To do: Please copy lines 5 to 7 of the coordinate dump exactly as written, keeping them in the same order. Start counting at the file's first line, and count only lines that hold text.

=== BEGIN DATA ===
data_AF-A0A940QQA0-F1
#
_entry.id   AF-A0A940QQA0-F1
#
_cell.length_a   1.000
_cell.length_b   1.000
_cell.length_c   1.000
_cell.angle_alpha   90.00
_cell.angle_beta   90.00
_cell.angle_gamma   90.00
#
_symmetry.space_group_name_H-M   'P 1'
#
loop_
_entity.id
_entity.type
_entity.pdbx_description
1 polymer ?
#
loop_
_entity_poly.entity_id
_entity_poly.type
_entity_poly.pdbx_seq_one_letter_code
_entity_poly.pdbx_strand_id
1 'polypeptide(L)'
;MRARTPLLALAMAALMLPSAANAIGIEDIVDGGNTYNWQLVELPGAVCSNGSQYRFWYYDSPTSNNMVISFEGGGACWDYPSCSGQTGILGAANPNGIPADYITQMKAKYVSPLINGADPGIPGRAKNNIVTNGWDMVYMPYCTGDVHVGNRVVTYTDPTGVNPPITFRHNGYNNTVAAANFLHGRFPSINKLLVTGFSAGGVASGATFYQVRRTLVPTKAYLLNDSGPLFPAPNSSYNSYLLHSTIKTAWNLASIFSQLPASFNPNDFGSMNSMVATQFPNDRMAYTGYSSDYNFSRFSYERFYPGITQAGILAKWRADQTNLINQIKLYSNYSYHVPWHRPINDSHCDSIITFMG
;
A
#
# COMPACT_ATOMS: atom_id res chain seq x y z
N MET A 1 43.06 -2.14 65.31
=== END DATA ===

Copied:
_cell.length_a   1.000
_cell.length_b   1.000
_cell.length_c   1.000